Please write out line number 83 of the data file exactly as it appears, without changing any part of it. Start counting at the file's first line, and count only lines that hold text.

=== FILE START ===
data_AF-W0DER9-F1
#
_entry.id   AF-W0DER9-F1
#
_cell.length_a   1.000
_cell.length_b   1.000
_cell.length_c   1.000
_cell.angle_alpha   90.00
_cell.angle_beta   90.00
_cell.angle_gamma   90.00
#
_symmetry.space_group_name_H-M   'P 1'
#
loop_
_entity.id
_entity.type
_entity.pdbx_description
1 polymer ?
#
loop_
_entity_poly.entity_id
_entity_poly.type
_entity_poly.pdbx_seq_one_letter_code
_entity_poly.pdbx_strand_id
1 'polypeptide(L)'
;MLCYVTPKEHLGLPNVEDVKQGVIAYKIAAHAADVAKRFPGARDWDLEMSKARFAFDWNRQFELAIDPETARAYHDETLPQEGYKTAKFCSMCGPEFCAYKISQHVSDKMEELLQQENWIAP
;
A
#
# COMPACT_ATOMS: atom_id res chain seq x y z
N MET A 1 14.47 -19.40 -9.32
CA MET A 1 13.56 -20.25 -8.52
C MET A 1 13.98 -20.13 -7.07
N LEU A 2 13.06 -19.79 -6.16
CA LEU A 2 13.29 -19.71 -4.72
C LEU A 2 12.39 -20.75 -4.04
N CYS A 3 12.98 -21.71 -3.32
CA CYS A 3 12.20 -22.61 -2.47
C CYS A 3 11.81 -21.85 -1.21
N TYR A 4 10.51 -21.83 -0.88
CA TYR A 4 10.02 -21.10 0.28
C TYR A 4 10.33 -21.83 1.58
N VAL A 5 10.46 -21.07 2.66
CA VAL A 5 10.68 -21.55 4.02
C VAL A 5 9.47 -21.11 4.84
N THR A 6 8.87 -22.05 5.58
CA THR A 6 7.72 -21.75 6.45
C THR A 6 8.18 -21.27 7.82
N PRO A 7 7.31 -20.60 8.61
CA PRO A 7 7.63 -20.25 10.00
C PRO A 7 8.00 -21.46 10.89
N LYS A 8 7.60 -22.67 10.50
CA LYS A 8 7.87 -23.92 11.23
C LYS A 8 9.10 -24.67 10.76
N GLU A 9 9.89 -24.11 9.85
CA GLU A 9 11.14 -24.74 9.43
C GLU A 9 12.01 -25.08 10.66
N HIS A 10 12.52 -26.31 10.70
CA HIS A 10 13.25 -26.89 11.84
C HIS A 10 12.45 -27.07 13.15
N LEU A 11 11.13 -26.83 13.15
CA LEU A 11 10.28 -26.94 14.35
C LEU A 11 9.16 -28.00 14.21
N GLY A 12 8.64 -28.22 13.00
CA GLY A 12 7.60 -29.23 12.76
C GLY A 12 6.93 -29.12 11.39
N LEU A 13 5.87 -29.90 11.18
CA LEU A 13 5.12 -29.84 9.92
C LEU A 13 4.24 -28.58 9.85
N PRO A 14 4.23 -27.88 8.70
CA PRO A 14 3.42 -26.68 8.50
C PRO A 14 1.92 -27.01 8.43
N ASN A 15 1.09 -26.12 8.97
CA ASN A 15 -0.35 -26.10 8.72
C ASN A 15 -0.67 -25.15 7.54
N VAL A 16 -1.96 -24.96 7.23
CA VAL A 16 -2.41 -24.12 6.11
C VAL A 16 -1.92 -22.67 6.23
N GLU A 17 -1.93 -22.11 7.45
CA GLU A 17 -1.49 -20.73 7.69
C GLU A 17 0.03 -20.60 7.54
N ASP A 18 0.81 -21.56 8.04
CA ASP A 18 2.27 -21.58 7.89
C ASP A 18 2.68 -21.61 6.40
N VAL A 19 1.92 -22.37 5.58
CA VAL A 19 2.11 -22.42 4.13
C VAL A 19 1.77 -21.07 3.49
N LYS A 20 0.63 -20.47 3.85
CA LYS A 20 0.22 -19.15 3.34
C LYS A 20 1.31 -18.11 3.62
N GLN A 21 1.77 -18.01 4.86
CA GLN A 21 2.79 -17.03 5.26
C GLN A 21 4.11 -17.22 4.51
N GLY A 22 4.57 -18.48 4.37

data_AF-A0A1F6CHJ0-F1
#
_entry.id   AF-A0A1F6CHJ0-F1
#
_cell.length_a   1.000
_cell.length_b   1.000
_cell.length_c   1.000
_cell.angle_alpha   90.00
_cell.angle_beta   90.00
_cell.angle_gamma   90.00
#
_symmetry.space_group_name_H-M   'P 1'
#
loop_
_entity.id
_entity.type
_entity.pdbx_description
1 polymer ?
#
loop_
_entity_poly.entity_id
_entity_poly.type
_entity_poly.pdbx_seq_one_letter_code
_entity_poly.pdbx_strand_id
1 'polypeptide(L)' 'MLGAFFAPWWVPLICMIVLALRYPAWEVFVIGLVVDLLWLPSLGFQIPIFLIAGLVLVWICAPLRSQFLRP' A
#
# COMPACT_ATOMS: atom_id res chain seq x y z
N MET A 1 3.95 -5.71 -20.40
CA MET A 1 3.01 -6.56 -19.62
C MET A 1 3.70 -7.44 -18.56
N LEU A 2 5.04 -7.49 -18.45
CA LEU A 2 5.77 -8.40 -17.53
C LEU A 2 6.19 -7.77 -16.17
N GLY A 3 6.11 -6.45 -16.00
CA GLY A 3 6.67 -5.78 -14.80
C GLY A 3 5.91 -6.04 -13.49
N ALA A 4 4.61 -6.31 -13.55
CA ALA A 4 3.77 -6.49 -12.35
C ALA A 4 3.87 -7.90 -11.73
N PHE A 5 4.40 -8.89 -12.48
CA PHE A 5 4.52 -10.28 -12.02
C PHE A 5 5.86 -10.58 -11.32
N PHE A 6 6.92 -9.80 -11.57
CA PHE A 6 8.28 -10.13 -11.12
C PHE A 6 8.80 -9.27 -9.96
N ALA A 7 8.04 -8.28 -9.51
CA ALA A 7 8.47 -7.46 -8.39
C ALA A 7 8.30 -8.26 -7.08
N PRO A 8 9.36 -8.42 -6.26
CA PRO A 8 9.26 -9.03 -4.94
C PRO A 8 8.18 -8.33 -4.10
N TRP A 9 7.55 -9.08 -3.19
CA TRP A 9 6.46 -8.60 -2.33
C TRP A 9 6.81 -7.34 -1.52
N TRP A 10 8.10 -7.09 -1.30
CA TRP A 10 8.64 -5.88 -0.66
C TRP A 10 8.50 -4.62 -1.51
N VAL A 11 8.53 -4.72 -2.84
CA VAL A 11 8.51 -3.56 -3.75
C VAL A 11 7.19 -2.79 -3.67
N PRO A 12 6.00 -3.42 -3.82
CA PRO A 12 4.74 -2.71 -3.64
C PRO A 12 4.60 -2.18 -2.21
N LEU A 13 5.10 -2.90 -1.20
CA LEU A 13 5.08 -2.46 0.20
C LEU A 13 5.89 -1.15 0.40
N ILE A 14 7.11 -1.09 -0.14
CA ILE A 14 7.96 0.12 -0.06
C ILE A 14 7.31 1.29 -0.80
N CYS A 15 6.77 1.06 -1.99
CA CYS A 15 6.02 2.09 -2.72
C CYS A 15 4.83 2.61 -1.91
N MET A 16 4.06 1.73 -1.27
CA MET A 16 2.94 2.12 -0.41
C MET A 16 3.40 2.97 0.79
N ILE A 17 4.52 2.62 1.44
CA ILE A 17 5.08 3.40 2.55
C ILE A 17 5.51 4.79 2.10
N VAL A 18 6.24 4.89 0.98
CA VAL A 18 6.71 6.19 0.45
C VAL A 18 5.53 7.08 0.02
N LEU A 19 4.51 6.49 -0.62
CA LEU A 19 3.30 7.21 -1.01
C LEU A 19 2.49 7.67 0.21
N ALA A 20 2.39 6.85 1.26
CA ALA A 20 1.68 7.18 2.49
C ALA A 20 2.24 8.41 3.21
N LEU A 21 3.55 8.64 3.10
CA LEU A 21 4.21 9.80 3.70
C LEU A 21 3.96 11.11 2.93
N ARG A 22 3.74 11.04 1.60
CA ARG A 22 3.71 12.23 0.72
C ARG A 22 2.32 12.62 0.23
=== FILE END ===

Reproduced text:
CA ASP A 18 2.27 -21.58 7.89